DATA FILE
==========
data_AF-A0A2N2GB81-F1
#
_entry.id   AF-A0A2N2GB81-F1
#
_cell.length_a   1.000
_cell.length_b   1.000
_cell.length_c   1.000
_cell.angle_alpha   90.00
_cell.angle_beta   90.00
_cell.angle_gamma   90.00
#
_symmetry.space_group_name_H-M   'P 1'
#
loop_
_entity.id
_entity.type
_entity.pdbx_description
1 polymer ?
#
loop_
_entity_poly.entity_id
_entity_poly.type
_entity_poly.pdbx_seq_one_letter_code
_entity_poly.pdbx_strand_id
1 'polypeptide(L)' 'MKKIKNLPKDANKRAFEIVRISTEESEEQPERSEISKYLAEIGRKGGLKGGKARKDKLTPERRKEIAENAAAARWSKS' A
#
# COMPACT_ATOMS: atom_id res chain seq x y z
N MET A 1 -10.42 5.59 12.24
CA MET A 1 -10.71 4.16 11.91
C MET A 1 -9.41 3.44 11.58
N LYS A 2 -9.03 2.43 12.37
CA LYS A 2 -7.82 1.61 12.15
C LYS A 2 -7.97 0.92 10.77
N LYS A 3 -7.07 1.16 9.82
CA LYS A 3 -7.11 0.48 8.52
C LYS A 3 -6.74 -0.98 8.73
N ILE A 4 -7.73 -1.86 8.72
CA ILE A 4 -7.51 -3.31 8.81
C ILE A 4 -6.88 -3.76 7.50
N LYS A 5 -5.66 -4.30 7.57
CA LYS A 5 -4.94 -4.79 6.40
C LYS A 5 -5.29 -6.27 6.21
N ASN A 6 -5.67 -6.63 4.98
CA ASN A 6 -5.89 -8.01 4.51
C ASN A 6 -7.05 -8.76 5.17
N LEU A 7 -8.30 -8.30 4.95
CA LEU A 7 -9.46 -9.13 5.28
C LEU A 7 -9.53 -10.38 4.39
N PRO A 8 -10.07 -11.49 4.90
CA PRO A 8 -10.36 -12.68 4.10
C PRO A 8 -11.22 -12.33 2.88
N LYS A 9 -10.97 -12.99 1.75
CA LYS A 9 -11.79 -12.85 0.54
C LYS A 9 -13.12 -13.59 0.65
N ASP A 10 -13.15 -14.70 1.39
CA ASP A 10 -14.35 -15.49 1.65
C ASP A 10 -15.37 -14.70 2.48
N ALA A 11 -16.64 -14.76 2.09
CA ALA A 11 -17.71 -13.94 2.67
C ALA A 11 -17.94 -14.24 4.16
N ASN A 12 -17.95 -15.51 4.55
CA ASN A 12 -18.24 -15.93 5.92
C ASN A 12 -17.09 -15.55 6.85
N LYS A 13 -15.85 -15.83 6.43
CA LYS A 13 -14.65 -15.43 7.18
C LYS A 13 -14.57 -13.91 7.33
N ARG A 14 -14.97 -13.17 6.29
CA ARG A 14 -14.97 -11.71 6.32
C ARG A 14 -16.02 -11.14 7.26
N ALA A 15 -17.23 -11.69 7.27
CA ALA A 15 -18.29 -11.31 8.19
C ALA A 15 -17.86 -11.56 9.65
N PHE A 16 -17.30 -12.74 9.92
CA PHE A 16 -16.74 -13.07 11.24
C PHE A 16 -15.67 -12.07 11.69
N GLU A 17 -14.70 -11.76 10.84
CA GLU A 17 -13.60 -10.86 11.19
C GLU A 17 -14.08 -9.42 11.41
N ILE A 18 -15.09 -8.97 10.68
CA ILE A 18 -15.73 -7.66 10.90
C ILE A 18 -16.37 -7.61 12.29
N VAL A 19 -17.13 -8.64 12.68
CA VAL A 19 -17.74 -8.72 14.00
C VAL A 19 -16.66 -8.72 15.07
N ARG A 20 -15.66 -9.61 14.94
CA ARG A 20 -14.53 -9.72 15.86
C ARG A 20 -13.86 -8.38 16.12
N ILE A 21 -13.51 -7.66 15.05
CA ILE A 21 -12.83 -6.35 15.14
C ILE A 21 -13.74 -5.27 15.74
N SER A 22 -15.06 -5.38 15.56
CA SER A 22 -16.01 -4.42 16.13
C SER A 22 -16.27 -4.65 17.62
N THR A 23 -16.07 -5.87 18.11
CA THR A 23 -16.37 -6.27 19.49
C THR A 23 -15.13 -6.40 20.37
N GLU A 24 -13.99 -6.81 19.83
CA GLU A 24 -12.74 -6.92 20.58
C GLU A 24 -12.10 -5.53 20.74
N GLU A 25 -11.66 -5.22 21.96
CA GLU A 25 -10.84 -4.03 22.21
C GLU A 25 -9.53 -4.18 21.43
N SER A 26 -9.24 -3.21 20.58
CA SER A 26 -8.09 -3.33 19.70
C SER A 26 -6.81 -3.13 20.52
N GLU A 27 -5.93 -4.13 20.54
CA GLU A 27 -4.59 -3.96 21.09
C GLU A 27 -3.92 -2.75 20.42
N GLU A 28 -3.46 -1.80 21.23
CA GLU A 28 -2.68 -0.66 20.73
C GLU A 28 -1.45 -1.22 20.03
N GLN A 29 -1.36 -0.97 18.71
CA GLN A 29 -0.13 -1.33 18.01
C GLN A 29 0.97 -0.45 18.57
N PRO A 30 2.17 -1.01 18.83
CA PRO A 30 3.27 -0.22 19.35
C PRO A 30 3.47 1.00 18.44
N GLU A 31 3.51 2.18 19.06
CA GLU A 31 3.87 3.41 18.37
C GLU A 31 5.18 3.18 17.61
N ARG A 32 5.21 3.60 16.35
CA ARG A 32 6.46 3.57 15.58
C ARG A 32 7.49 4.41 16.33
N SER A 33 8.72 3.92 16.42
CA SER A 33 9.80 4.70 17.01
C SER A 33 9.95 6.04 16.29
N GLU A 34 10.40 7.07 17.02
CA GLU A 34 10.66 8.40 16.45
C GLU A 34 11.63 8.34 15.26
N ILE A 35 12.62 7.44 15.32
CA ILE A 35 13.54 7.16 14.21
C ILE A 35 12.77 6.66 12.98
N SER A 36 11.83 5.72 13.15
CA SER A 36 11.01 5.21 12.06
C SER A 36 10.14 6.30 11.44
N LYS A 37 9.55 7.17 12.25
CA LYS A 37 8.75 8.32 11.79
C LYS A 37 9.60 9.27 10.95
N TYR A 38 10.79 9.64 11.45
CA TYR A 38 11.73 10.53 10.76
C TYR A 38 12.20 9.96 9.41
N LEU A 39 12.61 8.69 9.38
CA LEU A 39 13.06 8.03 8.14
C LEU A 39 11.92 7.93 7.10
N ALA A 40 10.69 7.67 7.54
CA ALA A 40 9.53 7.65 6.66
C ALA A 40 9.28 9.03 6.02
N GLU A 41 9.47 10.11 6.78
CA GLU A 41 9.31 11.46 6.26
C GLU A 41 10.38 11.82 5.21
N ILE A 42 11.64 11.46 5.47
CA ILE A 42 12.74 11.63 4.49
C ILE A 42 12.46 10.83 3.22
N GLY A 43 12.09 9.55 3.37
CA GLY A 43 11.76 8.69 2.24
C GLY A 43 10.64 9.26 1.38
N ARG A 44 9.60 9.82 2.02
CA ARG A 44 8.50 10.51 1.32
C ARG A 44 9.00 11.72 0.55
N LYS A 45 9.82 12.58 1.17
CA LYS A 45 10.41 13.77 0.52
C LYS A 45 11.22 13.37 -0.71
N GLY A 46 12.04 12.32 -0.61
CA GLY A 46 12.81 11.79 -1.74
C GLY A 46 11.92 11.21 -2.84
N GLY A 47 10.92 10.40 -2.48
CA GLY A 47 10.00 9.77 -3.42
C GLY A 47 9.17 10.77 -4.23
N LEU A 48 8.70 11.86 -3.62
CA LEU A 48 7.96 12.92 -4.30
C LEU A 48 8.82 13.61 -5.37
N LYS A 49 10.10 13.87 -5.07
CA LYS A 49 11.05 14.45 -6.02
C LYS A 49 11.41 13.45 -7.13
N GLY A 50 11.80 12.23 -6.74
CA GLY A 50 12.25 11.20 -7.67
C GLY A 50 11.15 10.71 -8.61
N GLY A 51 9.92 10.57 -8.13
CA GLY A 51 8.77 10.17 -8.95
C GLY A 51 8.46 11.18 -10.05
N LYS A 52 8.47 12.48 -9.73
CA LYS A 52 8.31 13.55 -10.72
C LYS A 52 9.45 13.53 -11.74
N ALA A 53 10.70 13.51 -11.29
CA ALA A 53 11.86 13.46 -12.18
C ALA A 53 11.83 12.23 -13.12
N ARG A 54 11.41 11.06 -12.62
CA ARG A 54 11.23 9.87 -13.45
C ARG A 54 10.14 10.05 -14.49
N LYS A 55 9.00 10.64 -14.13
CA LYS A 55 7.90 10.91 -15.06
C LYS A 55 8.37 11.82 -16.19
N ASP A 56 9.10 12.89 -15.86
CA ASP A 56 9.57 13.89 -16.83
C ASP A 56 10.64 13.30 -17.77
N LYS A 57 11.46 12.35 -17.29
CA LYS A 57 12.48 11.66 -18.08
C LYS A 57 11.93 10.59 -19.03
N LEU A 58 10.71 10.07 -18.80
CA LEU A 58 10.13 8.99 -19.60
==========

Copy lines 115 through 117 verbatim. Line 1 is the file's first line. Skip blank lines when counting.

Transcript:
N PRO A 30 2.17 -1.01 18.83
CA PRO A 30 3.27 -0.22 19.35
C PRO A 30 3.47 1.00 18.44